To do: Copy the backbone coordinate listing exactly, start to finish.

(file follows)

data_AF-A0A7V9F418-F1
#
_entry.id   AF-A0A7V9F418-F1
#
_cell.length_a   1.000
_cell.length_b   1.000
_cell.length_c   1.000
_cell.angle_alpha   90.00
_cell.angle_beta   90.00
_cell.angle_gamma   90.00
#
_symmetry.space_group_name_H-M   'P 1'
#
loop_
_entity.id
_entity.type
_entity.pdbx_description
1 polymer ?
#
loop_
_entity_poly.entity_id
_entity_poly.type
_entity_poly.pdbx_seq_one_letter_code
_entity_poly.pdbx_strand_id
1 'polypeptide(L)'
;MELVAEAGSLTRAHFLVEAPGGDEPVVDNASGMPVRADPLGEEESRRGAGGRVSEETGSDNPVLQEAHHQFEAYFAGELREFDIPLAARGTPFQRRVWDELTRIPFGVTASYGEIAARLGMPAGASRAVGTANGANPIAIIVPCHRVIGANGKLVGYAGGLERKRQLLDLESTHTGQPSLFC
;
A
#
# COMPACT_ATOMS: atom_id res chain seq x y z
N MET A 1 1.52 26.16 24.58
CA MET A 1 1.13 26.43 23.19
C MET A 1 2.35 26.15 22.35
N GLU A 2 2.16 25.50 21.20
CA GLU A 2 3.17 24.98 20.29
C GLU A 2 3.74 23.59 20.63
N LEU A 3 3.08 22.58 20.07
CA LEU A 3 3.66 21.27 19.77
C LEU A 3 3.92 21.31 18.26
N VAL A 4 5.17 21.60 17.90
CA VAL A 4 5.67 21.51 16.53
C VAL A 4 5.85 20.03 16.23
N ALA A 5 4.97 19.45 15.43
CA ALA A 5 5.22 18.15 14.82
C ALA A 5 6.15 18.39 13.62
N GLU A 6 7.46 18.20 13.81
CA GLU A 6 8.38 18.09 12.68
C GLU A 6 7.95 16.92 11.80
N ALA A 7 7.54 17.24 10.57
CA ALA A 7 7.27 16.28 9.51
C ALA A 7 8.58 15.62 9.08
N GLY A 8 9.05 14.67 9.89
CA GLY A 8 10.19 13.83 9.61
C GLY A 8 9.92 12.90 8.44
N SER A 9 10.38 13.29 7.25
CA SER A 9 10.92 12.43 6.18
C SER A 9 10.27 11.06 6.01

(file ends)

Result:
data_AF-A0A7V9F418-F1
#
_entry.id   AF-A0A7V9F418-F1
#
_cell.length_a   1.000
_cell.length_b   1.000
_cell.length_c   1.000
_cell.angle_alpha   90.00
_cell.angle_beta   90.00
_cell.angle_gamma   90.00
#
_symmetry.space_group_name_H-M   'P 1'
#
loop_
_entity.id
_entity.type
_entity.pdbx_description
1 polymer ?
#
loop_
_entity_poly.entity_id
_entity_poly.type
_entity_poly.pdbx_seq_one_letter_code
_entity_poly.pdbx_strand_id
1 'polypeptide(L)'
;MELVAEAGSLTRAHFLVEAPGGDEPVVDNASGMPVRADPLGEEESRRGAGGRVSEETGSDNPVLQEAHHQFEAYFAGELREFDIPLAARGTPFQRRVWDELTRIPFGVTASYGEIAARLGMPAGASRAVGTANGANPIAIIVPCHRVIGANGKLVGYAGGLERKRQLLDLESTHTGQPSLFC
;
A
#
# COMPACT_ATOMS: atom_id res chain seq x y z
N MET A 1 1.52 26.16 24.58
CA MET A 1 1.13 26.43 23.19
C MET A 1 2.35 26.15 22.35
N GLU A 2 2.16 25.50 21.20
CA GLU A 2 3.17 24.98 20.29
C GLU A 2 3.74 23.59 20.63
N LEU A 3 3.08 22.58 20.07
CA LEU A 3 3.66 21.27 19.77
C LEU A 3 3.92 21.31 18.26
N VAL A 4 5.17 21.60 17.90
CA VAL A 4 5.67 21.51 16.53
C VAL A 4 5.85 20.03 16.23
N ALA A 5 4.97 19.45 15.43
CA ALA A 5 5.22 18.15 14.82
C ALA A 5 6.15 18.39 13.62
N GLU A 6 7.46 18.20 13.81
CA GLU A 6 8.38 18.09 12.68
C GLU A 6 7.95 16.92 11.80
N ALA A 7 7.54 17.24 10.57
CA ALA A 7 7.27 16.28 9.51
C ALA A 7 8.58 15.62 9.08
N GLY A 8 9.05 14.67 9.89
CA GLY A 8 10.19 13.83 9.61
C GLY A 8 9.92 12.90 8.44
N SER A 9 10.38 13.29 7.25
CA SER A 9 10.92 12.43 6.18
C SER A 9 10.27 11.06 6.01